At the 2016 SIIA Workers’ Compensation Executive Forum, Jon Pearson from QLI kicked of the session with some blues harmonica then talked about how the best long-term outcomes on catastrophic claims can be achieved by considering the emotional challenges faced by the injured worker.
Emotional recovery means the injured worker believes they can live a rich and fulfilling life in spite of their pain and physical limitations. If an injured worker does not believe in themselves and focuses on the negatives, then ultimately they will never have the best outcomes. This emotional recovery must be the lead focus of any catastrophic injury rehabilitation program. Emotional recovery is much harder to predict and measure than physical recovery and it has a tendency to ebb and flow with frequent setbacks.
The emotional recovery path involves:
- Establishing a trusting relationship; the injured worker must trust that you are there to help them and help them achieve the best outcomes.
- Vivid picture of life before and after injury; you must understand what the injured workers life was like before the injury and help them get a realistic understanding of things that will need to change.
- What is most important to them; identify tasks they enjoy and strive to find ways for them to participate in these tasks post-injury.
- Pre-existing obstacles; you are treating a person, not an injury.
- Assessment of impact on injury and coping; are they focused on what they cannot do or do they understand they have a new reality and want to make the best of it.
- Vision of life path beyond injury; there needs to be a plan of action for the future. What are the goals?
Although people often complain about it, work is very important as it provides us with goals and a sense of purpose. That is why getting back into the workforce in some manner can make a tremendous impact on the outcome of a catastrophic injury claim. It is important to focus on function and things they can do instead of their physical limitations. Mentally, it is much better for a person to be doing something that contributes to a greater goal than to simply be disabled and dependent on others to take care of them. The majority of a person’s hours awake are spent at work so without that it is a major disruption in their lifestyle.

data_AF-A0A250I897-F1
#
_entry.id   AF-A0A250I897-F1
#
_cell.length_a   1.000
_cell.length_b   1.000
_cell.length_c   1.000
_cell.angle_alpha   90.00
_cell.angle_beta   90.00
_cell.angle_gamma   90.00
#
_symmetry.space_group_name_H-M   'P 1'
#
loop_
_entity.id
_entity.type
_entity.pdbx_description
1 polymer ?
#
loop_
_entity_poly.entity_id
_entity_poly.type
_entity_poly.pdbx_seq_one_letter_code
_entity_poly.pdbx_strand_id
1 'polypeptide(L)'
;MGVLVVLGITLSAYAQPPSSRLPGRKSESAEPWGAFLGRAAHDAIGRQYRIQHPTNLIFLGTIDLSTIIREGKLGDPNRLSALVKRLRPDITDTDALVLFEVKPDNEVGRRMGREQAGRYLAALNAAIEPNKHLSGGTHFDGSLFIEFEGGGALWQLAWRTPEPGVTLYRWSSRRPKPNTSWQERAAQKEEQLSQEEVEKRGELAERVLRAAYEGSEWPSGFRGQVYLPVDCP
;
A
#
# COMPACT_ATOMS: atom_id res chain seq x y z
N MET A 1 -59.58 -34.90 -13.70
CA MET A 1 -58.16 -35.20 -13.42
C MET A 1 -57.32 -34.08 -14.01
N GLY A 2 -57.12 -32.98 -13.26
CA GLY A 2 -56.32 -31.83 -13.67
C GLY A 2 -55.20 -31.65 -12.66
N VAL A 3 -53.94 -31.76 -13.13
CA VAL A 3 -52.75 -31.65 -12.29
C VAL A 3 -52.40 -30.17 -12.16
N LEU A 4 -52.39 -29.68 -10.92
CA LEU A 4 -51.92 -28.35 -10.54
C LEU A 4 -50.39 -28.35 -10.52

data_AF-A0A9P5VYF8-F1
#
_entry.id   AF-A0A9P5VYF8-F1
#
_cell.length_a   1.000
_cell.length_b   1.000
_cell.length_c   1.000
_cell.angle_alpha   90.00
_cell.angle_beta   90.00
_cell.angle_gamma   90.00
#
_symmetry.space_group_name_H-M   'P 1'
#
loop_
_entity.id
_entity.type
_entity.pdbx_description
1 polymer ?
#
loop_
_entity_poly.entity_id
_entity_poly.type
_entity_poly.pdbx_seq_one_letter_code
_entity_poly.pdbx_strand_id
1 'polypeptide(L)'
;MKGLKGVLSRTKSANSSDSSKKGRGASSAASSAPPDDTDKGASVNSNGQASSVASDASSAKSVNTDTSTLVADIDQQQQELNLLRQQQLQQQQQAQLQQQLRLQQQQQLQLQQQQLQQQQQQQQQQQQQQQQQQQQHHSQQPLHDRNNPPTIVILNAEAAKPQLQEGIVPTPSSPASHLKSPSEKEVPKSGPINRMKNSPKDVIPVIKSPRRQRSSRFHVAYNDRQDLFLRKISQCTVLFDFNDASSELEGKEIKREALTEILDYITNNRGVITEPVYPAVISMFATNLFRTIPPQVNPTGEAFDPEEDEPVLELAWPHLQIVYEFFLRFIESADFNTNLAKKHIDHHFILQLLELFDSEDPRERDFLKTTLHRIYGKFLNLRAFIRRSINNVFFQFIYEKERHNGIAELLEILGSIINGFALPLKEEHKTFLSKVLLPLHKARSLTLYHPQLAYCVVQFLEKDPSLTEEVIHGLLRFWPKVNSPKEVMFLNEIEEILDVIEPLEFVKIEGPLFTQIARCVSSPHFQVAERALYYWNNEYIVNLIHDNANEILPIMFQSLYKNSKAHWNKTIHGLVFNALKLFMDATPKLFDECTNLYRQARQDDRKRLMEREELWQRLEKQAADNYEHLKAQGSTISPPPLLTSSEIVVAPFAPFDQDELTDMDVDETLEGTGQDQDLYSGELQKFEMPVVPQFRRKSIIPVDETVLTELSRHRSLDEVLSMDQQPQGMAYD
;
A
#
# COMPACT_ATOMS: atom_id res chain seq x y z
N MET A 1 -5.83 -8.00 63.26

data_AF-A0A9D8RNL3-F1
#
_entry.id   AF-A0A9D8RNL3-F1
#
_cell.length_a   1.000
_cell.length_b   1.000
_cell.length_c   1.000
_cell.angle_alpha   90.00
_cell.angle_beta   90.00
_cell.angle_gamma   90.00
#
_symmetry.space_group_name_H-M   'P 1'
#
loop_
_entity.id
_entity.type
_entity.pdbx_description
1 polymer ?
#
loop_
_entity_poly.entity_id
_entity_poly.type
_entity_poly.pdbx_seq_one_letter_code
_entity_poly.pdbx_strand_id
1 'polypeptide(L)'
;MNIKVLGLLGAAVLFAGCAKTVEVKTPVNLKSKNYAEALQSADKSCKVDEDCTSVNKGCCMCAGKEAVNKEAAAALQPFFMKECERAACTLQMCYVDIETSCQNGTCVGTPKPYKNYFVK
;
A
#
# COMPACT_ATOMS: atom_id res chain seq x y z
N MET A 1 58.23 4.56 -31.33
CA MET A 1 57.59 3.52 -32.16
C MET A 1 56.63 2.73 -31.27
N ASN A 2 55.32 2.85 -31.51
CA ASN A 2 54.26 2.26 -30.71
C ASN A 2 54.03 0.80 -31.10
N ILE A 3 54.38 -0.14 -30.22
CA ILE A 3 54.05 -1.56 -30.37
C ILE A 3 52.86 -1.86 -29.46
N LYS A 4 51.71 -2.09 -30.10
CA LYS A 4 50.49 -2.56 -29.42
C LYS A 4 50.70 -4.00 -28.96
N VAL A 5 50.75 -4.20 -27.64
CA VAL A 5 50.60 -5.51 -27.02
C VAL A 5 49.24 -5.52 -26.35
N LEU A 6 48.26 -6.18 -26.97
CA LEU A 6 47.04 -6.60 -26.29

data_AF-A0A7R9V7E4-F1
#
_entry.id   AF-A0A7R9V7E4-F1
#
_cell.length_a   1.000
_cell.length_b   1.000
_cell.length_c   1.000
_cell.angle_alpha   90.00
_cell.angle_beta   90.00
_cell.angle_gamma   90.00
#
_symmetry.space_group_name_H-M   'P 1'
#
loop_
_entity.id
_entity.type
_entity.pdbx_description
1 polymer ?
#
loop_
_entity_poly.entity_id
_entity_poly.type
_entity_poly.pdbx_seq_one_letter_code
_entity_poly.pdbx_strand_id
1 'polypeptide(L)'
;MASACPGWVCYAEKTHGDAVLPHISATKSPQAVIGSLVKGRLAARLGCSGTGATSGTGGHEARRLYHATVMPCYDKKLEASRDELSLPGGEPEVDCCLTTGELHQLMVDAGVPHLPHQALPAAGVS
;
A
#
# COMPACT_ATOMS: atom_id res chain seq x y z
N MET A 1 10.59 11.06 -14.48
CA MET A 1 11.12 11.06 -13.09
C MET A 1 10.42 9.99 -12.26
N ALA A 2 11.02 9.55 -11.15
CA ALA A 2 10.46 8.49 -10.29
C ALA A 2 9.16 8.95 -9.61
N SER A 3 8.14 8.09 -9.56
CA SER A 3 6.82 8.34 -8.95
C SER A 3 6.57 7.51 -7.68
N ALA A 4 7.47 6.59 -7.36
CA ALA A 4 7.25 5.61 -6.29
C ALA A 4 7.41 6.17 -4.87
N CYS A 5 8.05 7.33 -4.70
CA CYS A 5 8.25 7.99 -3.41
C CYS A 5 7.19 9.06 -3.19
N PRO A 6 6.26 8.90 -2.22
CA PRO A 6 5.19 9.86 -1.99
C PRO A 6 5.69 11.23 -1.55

You must understand the differences between goals and values. For someone with a spinal cord injury, their goal may be to walk again. But if you ask them what is the first thing they would do if they could walk again, that shows you what they value. A key to emotional recovery is showing the patient they can still do many of the activities they value in spite of their physical limitations.
The keys to acceptance includes developing a rational and positive outlook, being mindful and present and also having a sense of humor about your situation rather than just feeling sorry for yourself.
Some of the emotional pitfalls include avoidance, clinging to old goals instead of focusing on values, craving justice, making things seem worse than they are, thoughts of pity, thinking people are judging you, and focusing on the pain.
Acceptance Commitment Therapy means living a meaningful life while accepting the pain that life inevitably brings. Below is an article with more information on this.